In Fendt, abiotic factors such as clay, Fed, IC, and Caexch were less important for macroaggregate formation compared to Esterberg and Graswang. In addition, higher temperature presumably results in higher respiration and biological activity, which may partly explain relatively low observed SOC stocks (Franzluebbers 2002; Kühnel et al. 2019; Wiesmeier et al. 2013). Nevertheless, in Fendt, the vegetation period is longer, and conditions are more favorable for earthworms. According to (Lavelle 1988), endogeic earthworms may deposit 20–200 t dry soil ha−1 surface casts that contain a significant proportion of organic matter yearly. In general, the positive effects of earthworms on soil structure have been widely demonstrated in several ecosystems but not in calcareous alpine and prealpine grassland soils before (Blouin et al. 2013). In addition, when A. caliginosa was present in residues incorporated in soils, soil aggregates were 4.3 times larger than the control (no earthworms) and 3 times larger when L. rubellus was present (Blouin et al. 2013). Although we could not identify which ecological group of earthworms was more relevant in aggregate formation, we suggest that the earthworms have direct and indirect influences on soil structure and SOC (Brown et al. 2000; Jégou et al. 2001) because they seem to play a relevant role in promoting soil microaggregate formation in Fendt. Moreover, the ability of earthworms to secrete biogenic carbonates (Zamanian et al. 2016) may have facilitated aggregate formation in Fendt to some extent. In fact, Bescansa et al. (2010) suggested that earthworms can promote the formation of ultrastable silt-sized aggregates in carbonate rich soils due to their capacity to encrust mineral particles and organic material, as ingested soil passes through their gut. Under the contrasting climate conditions of our three grassland soils along the elevation gradient, IC persisted, whilst in a state of disequilibrium with climate (Bryan and Teakle 1949; Rowley et al. 2020), and driven by the reserves of calcareous parent material (mainly in Graswang and Esterberg) either in form of calcite or dolomite (Kreyling et al. 2013), or biological processes (mainly in Fendt). This agrees with the results of a study carried out in a calcareous subalpine soil by Rowley et al. (2020), where Ca had an important binding effect also in humid environments. Climate change predictions indicate a particularly strong alteration of the temperature and precipitation regime in mountainous regions in Europe (Nogués-Bravo et al. 2007), which may affect SOC dynamics in mountainous grassland soils (Conant and Paustian 2002; Puissant et al. 2017). However, the combined effect of rising temperatures and changing precipitation regime on SOC storage and related stabilization processes in alpine and prealpine grassland soils is still uncertain (Kühnel et al. 2019).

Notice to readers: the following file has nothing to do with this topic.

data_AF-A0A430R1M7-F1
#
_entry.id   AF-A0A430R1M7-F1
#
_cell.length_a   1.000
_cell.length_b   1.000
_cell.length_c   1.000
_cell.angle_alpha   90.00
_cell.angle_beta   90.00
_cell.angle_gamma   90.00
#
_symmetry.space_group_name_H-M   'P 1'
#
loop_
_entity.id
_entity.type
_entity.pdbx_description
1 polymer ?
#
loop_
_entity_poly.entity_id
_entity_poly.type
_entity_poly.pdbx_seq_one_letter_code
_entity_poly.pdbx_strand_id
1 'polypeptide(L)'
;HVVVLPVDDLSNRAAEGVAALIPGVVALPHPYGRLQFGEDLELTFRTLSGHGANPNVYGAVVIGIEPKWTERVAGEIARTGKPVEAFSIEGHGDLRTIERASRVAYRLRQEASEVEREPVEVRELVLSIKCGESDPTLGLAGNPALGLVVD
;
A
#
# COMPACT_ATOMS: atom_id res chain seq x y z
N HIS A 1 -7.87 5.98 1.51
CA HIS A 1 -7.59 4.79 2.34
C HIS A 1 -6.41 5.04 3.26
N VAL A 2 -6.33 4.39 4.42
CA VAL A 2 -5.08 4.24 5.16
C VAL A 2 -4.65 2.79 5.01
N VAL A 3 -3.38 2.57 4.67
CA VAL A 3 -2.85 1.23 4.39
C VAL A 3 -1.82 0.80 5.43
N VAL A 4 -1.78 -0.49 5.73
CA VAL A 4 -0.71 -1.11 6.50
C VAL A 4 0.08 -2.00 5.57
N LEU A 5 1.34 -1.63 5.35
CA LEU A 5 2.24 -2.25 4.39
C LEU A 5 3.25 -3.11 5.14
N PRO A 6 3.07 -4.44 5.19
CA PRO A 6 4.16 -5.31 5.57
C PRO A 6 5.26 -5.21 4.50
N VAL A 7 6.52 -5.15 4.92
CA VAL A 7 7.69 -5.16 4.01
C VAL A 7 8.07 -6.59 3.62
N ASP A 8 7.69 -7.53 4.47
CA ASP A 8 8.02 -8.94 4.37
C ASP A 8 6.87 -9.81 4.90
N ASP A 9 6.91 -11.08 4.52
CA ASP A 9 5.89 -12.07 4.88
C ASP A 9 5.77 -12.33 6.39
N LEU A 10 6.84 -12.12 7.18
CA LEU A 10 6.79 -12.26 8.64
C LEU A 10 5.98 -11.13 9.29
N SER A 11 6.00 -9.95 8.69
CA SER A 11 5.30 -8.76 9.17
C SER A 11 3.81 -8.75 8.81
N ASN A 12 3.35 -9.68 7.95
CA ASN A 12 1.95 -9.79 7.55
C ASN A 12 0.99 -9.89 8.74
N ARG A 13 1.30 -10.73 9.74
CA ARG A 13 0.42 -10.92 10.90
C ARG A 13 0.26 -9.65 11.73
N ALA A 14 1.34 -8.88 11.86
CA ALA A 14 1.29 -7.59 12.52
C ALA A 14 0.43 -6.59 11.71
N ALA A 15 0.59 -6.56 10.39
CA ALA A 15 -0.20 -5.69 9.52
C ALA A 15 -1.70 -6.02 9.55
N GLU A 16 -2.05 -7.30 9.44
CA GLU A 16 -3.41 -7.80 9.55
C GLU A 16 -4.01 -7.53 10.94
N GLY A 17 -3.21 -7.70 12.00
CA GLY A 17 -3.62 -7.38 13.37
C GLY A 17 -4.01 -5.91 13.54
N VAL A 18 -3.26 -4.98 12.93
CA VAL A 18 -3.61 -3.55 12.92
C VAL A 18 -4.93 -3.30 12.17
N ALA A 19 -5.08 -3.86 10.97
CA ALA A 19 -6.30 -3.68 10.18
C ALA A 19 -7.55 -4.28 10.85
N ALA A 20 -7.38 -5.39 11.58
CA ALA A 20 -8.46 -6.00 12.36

Alpine and prealpine grassland soils are thought to be vulnerable towards increased SOC mineralization induced by a temperature increase due to generally high SOC contents and high proportions of unprotected SOC, which increases with elevation (Budge et al. 2011; Gobiet et al. 2014; Puissant et al. 2017; Saby et al. 2008; Sjögersten et al. 2011). However, calcareous soils with a high protective capacity for SOC through macroaggregate formation controlled by abiotic factors may be less affected by climate change.

In contrast, in grassland soils where aggregation is controlled by biotic factors such as organic matter and earthworms, climate change could reveal a stronger effect on SOC stabilization. There may be a significant negative effect of reduced precipitation on earthworm communities and their activity, particularly during more dry and warm summer months which are projected to increase (Singh et al. 2020). Accordingly, a lower degree of aggregation and associated decreased physical stabilization of SOC could be expected in such soils. However, more research is needed on the specific effects of climate change on aggregation in mountainous grassland soils and consequences on SOC stabilization.


The results of our study showed that alpine and prealpine grassland soils in the Northern Limestone Alps have a naturally high aggregate stability associated with a high stabilizing capacity for SOC and N storage in aggregates (mainly in macroaggregates > 250 μm). In prealpine grassland soils at lower elevation, earthworms act as promoters of aggregate formation through the secretion of biogenic carbonates. At higher elevation, carbonates have a strong positive effect on aggregate size and stability, which in combination with slow OM degradation rates leads to high OC contents in micro- and macroaggregates of alpine grassland soils. This clearly indicates that the presence of carbonates and earthworms were not only beneficial for aggregate stability but also promotes the accumulation of SOC and N in alpine grassland soils. Further studies are needed to identify the interplay between biotic and abiotic factors, particularly roots and root exudates that affect aggregate formation and SOC stabilization in OC-rich grassland soils and potential implications of climate change on the decomposition of aggregate-related organic matter.